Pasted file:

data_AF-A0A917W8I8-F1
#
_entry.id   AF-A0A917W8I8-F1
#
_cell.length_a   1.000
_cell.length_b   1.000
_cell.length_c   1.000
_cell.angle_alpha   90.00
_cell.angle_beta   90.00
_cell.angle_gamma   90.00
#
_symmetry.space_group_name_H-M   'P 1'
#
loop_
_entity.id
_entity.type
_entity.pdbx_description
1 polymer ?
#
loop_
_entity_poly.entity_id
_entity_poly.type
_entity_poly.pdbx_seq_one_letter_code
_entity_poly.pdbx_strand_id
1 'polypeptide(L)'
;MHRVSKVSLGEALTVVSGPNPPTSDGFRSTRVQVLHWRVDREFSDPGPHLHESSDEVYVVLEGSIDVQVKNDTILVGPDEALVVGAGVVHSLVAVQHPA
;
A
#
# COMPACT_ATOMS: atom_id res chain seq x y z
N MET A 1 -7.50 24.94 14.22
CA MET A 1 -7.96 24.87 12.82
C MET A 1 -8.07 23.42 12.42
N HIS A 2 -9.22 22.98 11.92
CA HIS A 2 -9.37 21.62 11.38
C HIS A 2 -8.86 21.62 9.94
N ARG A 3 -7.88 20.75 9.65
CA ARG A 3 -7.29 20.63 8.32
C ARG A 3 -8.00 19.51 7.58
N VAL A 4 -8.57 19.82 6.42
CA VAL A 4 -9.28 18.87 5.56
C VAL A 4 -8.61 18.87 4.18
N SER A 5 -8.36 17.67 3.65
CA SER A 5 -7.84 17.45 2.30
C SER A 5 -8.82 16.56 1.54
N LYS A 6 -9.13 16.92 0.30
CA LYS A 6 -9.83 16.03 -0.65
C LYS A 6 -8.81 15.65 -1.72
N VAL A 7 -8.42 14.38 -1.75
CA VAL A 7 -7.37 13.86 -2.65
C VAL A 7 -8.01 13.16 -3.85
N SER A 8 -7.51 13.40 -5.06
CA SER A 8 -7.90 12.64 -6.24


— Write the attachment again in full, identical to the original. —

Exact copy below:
data_AF-A0A917W8I8-F1
#
_entry.id   AF-A0A917W8I8-F1
#
_cell.length_a   1.000
_cell.length_b   1.000
_cell.length_c   1.000
_cell.angle_alpha   90.00
_cell.angle_beta   90.00
_cell.angle_gamma   90.00
#
_symmetry.space_group_name_H-M   'P 1'
#
loop_
_entity.id
_entity.type
_entity.pdbx_description
1 polymer ?
#
loop_
_entity_poly.entity_id
_entity_poly.type
_entity_poly.pdbx_seq_one_letter_code
_entity_poly.pdbx_strand_id
1 'polypeptide(L)'
;MHRVSKVSLGEALTVVSGPNPPTSDGFRSTRVQVLHWRVDREFSDPGPHLHESSDEVYVVLEGSIDVQVKNDTILVGPDEALVVGAGVVHSLVAVQHPA
;
A
#
# COMPACT_ATOMS: atom_id res chain seq x y z
N MET A 1 -7.50 24.94 14.22
CA MET A 1 -7.96 24.87 12.82
C MET A 1 -8.07 23.42 12.42
N HIS A 2 -9.22 22.98 11.92
CA HIS A 2 -9.37 21.62 11.38
C HIS A 2 -8.86 21.62 9.94
N ARG A 3 -7.88 20.75 9.65
CA ARG A 3 -7.29 20.63 8.32
C ARG A 3 -8.00 19.51 7.58
N VAL A 4 -8.57 19.82 6.42
CA VAL A 4 -9.28 18.87 5.56
C VAL A 4 -8.61 18.87 4.18
N SER A 5 -8.36 17.67 3.65
CA SER A 5 -7.84 17.45 2.30
C SER A 5 -8.82 16.56 1.54
N LYS A 6 -9.13 16.92 0.30
CA LYS A 6 -9.83 16.03 -0.65
C LYS A 6 -8.81 15.65 -1.72
N VAL A 7 -8.42 14.38 -1.75
CA VAL A 7 -7.37 13.86 -2.65
C VAL A 7 -8.01 13.16 -3.85
N SER A 8 -7.51 13.40 -5.06
CA SER A 8 -7.90 12.64 -6.24